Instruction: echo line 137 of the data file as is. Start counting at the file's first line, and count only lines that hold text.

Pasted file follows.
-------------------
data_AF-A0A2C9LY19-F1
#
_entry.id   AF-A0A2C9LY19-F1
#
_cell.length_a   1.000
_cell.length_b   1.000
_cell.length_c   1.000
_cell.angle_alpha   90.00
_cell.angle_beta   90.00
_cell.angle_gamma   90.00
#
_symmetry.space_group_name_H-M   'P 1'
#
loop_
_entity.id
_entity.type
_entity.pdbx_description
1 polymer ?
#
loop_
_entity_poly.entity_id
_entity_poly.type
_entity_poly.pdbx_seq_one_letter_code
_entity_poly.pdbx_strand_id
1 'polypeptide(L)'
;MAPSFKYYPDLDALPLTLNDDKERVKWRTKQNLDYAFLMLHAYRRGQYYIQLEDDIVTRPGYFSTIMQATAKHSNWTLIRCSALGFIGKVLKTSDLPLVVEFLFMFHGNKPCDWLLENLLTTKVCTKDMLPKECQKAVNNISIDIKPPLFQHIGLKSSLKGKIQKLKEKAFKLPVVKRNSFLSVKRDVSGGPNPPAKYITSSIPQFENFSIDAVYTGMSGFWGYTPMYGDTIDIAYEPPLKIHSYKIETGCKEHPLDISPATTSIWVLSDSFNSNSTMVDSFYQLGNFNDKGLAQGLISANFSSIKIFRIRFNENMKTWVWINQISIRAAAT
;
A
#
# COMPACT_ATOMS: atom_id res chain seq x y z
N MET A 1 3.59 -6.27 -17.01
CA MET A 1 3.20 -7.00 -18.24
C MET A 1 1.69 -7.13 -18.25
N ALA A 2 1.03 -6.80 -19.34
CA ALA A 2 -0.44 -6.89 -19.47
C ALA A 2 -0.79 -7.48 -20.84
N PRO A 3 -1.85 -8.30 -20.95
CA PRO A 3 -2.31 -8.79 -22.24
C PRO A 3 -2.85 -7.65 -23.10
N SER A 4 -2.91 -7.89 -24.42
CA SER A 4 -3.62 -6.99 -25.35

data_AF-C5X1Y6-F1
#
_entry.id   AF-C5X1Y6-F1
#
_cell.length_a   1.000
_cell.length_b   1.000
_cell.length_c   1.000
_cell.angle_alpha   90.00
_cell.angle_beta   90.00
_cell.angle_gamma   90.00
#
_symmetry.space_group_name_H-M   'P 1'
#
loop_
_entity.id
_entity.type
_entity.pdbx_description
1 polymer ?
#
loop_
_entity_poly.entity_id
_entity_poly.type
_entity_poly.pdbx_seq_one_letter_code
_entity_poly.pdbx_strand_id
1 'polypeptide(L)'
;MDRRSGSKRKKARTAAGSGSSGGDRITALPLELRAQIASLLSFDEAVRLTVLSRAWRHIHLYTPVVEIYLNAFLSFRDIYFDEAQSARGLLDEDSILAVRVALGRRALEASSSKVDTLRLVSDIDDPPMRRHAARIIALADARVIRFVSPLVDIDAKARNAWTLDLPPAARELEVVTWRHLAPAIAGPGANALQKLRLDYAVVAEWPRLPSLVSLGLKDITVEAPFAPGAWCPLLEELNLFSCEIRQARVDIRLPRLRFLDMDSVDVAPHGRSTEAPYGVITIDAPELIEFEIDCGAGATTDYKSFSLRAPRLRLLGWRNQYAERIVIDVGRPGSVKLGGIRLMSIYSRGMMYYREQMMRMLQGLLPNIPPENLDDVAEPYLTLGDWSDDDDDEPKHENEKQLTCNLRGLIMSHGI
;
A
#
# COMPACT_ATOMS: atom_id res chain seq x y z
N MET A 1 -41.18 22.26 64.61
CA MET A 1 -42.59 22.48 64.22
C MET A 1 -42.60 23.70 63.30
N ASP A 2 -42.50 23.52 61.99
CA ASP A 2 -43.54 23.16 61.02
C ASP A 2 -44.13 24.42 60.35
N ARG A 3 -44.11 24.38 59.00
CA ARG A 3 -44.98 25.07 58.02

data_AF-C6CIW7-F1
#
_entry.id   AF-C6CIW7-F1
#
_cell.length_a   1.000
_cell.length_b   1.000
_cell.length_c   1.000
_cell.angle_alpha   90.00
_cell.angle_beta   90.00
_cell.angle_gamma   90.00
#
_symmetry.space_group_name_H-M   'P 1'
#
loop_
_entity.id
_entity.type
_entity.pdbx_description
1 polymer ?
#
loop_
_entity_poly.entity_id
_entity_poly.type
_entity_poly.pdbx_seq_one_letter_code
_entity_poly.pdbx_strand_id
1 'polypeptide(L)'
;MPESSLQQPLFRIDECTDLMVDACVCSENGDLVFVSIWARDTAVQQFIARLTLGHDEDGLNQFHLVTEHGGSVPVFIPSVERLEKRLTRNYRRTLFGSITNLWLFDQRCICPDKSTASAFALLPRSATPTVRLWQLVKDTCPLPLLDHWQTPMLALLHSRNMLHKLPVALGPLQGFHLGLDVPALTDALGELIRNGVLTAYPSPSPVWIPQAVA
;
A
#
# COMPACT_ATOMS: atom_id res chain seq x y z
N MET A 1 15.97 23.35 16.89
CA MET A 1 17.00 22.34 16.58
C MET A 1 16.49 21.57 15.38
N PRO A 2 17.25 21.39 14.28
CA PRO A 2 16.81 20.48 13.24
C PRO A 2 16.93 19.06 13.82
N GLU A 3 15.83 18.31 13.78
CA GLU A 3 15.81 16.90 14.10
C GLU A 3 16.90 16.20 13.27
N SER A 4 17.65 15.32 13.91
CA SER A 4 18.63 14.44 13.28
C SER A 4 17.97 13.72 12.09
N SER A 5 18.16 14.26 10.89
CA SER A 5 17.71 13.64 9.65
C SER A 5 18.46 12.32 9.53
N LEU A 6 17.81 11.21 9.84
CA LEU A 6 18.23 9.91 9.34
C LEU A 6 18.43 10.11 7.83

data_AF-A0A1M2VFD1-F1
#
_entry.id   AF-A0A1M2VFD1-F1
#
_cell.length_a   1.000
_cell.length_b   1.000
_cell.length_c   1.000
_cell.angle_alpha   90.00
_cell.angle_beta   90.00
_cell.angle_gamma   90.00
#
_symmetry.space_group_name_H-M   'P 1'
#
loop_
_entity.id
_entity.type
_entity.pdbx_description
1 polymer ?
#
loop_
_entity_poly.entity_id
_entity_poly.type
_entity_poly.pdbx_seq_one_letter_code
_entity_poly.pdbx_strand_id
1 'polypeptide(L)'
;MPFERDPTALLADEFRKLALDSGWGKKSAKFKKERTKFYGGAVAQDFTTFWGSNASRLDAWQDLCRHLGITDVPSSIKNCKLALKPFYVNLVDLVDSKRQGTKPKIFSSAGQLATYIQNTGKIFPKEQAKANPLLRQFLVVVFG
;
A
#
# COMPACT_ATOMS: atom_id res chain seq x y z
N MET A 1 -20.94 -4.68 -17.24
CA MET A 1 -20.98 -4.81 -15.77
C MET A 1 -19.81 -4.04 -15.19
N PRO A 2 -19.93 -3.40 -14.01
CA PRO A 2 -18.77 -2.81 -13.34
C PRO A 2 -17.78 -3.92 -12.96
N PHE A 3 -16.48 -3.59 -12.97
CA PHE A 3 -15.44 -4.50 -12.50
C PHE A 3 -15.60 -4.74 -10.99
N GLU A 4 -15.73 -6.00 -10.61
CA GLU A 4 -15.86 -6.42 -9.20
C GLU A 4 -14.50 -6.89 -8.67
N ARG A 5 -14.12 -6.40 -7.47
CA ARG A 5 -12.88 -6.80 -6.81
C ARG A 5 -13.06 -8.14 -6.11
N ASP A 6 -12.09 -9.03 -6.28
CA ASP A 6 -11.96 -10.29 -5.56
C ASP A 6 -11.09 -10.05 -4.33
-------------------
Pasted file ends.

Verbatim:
_cell.angle_gamma   90.00